How To Rig A Popping Cork For Redfish, Flounder, Snook, & Trout
It’s popping cork time!
I remember when I began inshore fishing, and trying to decide what type of lures to buy and what types of rigs to use.
Whenever you see a flats boat being towed to the ramp, it is almost guaranteed that you will see a rod standing tall amongst the ten other rods on the boat rigged with a bright yellow or orange float.
In most cases, these are popping corks.
They popping corks make a “clicking” noise when retrieved and you will typically have a lure or live bait of your choice attached to the cork by a leader.
The noise that they make is meant to imitate the sound of a crab, shrimp, or baitfish.
And the predator fish like redfish, snook, and trout love it!
Why & When To Use A Popping Cork?
If you are having trouble catching fish in dirty water, you may want to give the popping cork a try.
The noise and disturbance that it creates can draw the attention of a nearby predator in water with limited visibility.
The popping cork also gives a unique action to a soft plastic lure when retrieved.
As you give a tug on the popping cork, it will cause your lure to bounce up off the bottom as if it is a shrimp or baitfish fleeing from a predator.
It will then slowly fall back down to the bottom as you pause your retrieve.
Another advantage of a popping cork rig is that it is very user-friendly.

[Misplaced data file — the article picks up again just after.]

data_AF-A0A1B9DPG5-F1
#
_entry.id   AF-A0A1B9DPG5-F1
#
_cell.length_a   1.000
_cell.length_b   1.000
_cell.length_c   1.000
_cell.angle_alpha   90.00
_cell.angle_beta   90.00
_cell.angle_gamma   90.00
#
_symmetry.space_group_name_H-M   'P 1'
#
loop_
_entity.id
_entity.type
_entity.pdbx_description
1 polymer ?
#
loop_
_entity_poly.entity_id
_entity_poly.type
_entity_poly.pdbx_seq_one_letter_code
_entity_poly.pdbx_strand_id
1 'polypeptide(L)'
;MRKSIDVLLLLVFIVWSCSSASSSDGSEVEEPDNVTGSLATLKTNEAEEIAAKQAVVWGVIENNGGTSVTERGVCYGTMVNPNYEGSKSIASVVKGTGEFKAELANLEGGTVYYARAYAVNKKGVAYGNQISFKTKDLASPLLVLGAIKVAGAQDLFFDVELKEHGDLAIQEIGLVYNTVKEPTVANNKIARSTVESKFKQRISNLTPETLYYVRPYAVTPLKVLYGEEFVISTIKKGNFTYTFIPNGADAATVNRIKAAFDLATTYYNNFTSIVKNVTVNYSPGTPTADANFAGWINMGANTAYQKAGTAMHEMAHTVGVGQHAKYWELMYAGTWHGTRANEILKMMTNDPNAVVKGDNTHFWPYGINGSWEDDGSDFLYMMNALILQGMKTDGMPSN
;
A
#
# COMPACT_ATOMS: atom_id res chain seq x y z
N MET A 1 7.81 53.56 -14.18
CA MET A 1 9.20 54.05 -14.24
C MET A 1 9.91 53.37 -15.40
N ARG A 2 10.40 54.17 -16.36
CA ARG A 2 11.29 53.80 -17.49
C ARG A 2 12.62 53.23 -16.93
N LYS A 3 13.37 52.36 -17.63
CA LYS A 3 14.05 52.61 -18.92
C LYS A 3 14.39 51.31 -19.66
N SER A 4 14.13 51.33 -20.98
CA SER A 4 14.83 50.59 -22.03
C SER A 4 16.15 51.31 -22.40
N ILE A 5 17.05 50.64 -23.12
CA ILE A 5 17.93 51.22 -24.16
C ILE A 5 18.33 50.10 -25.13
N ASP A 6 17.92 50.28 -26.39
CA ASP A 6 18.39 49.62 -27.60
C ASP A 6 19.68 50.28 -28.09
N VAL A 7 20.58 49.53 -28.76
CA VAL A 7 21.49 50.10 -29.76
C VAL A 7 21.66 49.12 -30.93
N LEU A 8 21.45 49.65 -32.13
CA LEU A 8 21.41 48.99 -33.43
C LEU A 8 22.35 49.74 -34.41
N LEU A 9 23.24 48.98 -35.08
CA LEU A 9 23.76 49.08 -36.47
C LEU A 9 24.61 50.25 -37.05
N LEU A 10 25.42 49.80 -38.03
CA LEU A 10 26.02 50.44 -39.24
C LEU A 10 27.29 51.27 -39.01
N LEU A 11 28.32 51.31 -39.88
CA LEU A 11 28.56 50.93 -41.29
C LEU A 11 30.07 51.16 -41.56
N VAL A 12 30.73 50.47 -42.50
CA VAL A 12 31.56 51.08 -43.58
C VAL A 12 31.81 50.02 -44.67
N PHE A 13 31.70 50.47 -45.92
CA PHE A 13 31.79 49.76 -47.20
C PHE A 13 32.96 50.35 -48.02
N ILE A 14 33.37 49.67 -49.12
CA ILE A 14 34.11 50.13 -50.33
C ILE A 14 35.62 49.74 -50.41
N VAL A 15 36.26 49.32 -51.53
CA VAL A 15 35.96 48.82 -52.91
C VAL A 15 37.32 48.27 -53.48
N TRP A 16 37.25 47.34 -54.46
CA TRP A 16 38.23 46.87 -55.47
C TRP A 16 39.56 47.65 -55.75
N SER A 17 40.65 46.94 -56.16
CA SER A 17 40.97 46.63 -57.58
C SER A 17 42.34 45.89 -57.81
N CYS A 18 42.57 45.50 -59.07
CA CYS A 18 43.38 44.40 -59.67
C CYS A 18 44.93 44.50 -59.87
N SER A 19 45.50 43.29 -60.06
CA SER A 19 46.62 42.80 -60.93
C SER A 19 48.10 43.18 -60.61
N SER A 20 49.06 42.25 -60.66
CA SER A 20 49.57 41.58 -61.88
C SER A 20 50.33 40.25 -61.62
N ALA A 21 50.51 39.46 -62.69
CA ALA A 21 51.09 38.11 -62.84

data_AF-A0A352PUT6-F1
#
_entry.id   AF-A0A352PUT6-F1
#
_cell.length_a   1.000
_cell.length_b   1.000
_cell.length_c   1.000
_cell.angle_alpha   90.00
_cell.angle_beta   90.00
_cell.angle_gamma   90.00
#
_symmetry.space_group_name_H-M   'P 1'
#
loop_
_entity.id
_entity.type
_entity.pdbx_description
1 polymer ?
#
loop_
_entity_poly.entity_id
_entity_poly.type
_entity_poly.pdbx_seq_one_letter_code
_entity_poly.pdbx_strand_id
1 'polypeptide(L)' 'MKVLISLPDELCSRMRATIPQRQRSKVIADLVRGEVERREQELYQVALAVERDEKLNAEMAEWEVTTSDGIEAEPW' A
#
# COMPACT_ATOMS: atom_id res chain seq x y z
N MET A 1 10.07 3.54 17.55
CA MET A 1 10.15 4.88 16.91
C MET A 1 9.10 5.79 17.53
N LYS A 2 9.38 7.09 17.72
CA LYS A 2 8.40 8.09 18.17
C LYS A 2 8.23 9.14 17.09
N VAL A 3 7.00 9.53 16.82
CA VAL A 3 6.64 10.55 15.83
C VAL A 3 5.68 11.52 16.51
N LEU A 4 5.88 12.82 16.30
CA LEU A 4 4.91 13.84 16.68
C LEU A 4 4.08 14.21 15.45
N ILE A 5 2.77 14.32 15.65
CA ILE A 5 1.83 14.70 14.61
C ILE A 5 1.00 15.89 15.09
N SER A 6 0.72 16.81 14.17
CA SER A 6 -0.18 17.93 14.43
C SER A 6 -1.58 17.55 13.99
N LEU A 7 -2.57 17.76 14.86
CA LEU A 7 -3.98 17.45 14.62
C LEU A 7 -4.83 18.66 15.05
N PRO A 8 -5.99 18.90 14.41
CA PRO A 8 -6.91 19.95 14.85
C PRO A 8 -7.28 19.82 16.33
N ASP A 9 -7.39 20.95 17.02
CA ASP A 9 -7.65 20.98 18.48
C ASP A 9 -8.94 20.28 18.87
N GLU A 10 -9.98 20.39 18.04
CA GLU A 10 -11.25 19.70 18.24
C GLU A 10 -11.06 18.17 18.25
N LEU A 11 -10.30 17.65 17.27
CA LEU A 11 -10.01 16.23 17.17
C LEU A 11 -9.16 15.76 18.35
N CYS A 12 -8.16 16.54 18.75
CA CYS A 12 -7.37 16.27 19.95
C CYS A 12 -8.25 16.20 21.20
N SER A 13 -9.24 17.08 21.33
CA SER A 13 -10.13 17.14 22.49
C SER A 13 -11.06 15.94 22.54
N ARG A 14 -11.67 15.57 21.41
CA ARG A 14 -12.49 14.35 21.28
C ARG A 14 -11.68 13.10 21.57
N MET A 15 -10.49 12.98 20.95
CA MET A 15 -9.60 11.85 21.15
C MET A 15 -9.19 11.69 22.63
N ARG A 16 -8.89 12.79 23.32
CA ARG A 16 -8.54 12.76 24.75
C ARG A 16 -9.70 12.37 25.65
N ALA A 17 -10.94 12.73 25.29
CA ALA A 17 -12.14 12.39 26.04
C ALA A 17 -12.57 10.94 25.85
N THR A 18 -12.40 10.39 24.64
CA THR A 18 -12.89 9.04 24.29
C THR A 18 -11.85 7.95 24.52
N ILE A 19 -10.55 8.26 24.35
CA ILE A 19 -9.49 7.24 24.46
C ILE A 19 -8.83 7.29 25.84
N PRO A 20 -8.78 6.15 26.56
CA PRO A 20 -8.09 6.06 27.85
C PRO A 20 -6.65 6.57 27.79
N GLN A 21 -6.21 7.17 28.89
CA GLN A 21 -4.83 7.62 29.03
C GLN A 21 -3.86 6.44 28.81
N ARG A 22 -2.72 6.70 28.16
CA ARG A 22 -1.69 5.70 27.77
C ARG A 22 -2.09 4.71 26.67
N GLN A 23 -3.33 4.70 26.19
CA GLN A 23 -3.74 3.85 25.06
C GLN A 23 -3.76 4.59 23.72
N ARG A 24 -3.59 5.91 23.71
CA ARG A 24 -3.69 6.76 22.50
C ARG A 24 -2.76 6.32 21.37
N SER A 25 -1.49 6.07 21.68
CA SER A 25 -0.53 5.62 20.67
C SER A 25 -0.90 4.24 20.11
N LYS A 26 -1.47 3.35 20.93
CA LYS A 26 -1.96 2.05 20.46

If you take a kid fishing or bring a friend along that is new to fishing, this rig is super easy to use for beginners and effective at getting them to catch a fish.
All you have to do is be able to cast and move the rod tip every now and then.
And with the weight of the cork and bait/lure, you can launch this even during windy days.
What Bait To Use With A Popping Cork?
The popping cork rig that I show in the video is very effective when used with artificial or live baits.
In fact, you can’t really go wrong with live bait, dead bait (dead shrimp), or artificial lures.
When using artificials, you will be doing most of the work having to retrieve the cork and produce the “clicking” noise to draw the fish to your lure.
My favorite artificial lure to use with a popping cork is the shrimp (either from Berkley Gulp or Z-Man).
I’ve caught countless inshore fish (from redfish, flounder, snook, and trout) using nothing more than a popping cork and a soft plastic shrimp.
Regarding live bait, you can’t go wrong with live or dead shrimp or any small bait fish.
Popping Cork Rigging Tips
When using live bait – especially bait fish – the bait will do most of the work.
As the baitfish swims and tries to flee, it will naturally cause the cork to pop and click, drawing even more attention to itself.
When using shrimp, or “lazy” baitfish that may be very stubborn and not want to move much, you will want to give the popping cork a few tugs every now and then to create the sound and disturbance to help attract the fish.
In the following video, I will be going over some tips for rigging and using a popping cork.
I was also able to get a strike on it while I was out filming (got to love when that happens).
How To Rig Popping Corks [VIDEO]
In conclusion, these popping corks work!
As you can see in the video, I was even able to get a strike while out filming.
These popping corks are great year-round and they do one of the best jobs of attracting fish to your bait.
The best news is that even newbies can use these corks to catch fish.
Any questions about popping corks or how to rig them for certain situations?
Let me know in the comments.
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